Olmert: Should He Stay Or Should He Go?

Olmert hangs on despite harsh critiscism; little public support

February 9, 2009, 3:59 PM

JERUSALEM, Israel, Apr 30, 2007— -- All weekend photographers scrambled to snap pictures of Prime Minister Ehud Olmert before the Winograd Commission released the results of its investigation into last summer's Lebanon war. Yaron Ezrahi, a prominent political science professor at Hebrew University and author.

But not just any pictures. These were shots of Olmert burying his face in his hands, or looking skyward as if hoping for salvation from the heavens, or the moneyshot: tugging at a collar too tight about his.

Indeed the Winograd Commission's preliminary report was to put a political noose around Olmert and his government for its poor handling of last summer's war in Lebanon against the Shiite militia, Hezbollah. But no one expected the commission, which investigated the first five days of the war and the events leading up to it, to blame Olmert personally -- and harshly -- for what it called "severe failures."

The Lebanon war went badly. About 160 Israelis and more than 1000 Lebanese died in the conflict. Israel failed to destroy Hezbollah, failed to retrieve the two soldiers Hezbollah abducted, and failed to remove the rocket threat from northern Israeli towns.

The Commission found Olmert, his bungling Defense Minister Amir Peretz, and the former Chief of Staff Lt. Gen Dan Halutz, responsible for the war's failure. In fact the executive summary of the report uses the term "failures" 15 times -- all in a neat 21 pages.

Akiva Eldar a political commentator for Israel's paper of record Haaretz, put it this way. "The commissions' message was so very straight forward. It said [the government ministers] are a bunch of idiots. They go into a war without asking how the hell are we going to get out of it!"

The above has already become conventional wisdom in Israel, where Olmert's approval rating has plummeted to a mere 3% in recent polls.

But Olmert interrupted the evening news on the three Israeli networks with a taped apology-cum-acknowledgment.

There was no press gaggle, no dogging questions this time. A haggard-looking Olmert squarely faced the camera and said his government would immediately apply the lessons learned from the war and work to adopt the Commission's critiques. But he would not resign.

He then graciously thanked the Commission's five members for their "serious and thorough work."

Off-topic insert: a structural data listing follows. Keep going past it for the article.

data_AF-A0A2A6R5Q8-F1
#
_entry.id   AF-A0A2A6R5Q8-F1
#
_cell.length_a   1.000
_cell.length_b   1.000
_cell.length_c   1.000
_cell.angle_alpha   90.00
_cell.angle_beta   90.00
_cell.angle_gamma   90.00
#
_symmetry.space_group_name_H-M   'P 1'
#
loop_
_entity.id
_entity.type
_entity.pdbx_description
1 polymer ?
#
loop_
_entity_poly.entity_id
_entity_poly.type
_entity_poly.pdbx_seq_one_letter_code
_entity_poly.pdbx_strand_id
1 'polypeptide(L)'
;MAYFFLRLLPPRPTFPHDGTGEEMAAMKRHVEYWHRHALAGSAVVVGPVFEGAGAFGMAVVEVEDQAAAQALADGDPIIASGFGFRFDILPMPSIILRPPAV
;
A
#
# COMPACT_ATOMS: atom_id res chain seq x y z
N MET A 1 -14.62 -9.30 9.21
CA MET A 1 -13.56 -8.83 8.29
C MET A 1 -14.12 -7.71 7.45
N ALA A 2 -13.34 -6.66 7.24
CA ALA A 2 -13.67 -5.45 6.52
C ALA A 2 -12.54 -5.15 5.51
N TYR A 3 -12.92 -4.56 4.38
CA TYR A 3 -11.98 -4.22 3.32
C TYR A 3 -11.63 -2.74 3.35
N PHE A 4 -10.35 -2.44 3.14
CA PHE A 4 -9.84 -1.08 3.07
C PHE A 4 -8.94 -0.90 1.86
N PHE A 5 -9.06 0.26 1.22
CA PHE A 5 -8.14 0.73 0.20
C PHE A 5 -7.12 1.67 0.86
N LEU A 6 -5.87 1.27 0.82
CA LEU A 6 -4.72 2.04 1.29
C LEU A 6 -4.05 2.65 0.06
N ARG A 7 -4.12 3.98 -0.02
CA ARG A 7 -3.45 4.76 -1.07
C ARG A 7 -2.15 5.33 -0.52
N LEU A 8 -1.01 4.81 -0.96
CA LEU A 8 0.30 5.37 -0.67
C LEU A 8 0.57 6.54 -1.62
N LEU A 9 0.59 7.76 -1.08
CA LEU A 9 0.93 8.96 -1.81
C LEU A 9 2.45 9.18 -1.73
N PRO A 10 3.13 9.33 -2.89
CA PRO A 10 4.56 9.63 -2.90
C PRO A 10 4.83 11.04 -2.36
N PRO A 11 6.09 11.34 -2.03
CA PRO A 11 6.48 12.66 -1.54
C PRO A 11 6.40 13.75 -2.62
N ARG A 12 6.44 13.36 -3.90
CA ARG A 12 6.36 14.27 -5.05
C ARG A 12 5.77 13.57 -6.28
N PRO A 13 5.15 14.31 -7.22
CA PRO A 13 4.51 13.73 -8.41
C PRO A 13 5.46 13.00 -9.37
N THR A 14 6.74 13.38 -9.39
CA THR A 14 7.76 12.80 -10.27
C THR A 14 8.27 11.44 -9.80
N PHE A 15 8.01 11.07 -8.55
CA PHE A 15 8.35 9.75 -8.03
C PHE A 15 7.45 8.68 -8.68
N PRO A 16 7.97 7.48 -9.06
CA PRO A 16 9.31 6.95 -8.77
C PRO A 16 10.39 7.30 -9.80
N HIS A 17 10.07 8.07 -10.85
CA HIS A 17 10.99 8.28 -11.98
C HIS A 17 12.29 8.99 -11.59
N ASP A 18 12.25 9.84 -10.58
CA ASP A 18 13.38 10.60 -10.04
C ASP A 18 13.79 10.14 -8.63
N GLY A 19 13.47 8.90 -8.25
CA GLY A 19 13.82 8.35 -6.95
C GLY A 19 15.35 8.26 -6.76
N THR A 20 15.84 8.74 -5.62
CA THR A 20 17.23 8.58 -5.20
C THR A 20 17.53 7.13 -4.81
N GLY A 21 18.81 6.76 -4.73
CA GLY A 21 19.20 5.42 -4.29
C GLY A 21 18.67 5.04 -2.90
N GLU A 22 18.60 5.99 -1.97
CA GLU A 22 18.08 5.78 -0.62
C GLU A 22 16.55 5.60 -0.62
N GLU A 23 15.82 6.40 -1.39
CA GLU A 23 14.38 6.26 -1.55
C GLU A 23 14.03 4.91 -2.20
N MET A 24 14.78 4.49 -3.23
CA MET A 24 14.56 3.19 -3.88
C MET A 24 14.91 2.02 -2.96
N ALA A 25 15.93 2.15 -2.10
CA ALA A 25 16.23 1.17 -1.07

Sniffing the danger beforehand, Olmert's flaks spent the weekend preparing a PR blitz to counter the report's damming findings -- it consists mostly of Olmert's detractors voicing their support for the prime minister in the opening days of the war. But the media here wasn't buying it. Israel's papers eulogized Olmert even before the result were read. The leading paper "Yediot Aharonot's" headline read: "[Olmert's] War of Survival." It's competition "Maariv" called it "His Life's Battle." And "Haaretz" said Olmert would be out of a job by summer.

Israel has fought seven major wars. Eldar says this Commission's results are almost as damning as the report that brought down the government of Golda Meir after the 1973 Yom Kippur War, which Israel won.

"Olmert is a walking political corpse. There is no way he can recover," agreed Ezrahi."There has never been such a focused indictment of a political leader for failure in war.The backlash could generate a public shift from depression to anger."

Olmert is a survivor. In fact Olmert and his coalition has weathered an astounding array of scandals.

His Justice Minister was found guilty of sexual assault earlier this year, an act committed minutes before the Olmert cabinet voted to go to war in Lebanon. His Finance Minister is being indicted for stealing money from the March of the Living, a program that sends Jewish children to visit Holocaust memorials in Europe. The country's chief of staff was forced to resign for his poor conduct during the war -- the most memorable act of folly being selling off his all mutual funds a few hours after the war started. And, the Attorney General is considering indicting Olmert for corruption during a previous stint as Minister for Industry and Trade. The list goes on.

But Olmert isn't one to take a hint. He was quoted by officials from his party saying, "I am not resigning. The last thing this country needs is elections."

The embattled Prime Minister isn't going anywhere agreed Eldar of Haaretz. For one thing, the Knesset, Israel's parliament and the only body that can depose him, fear elections.The backbenchers fear losing their seats, and the ministers fear losing their power says Eldar. And for most Israelis, he says, the thought of opposition leader, Likud's Benjamin Netanyahu running the country is not palatable.

There's a joke going around the halls of government these days: that Olmert tiptoes over to Netanyahu's house each night to make sure he's tucked in. He wouldn't want his best asset to catch a cold.

"Things will get worse for Olmert because he is a lame duck Prime Minister that cannot respond to diplomatic initiatives like the Saudi proposal for peace in the region," said Ezrahi.

The second part of the Winograd Commission's report is due in July. It will potentially be even more damaging.

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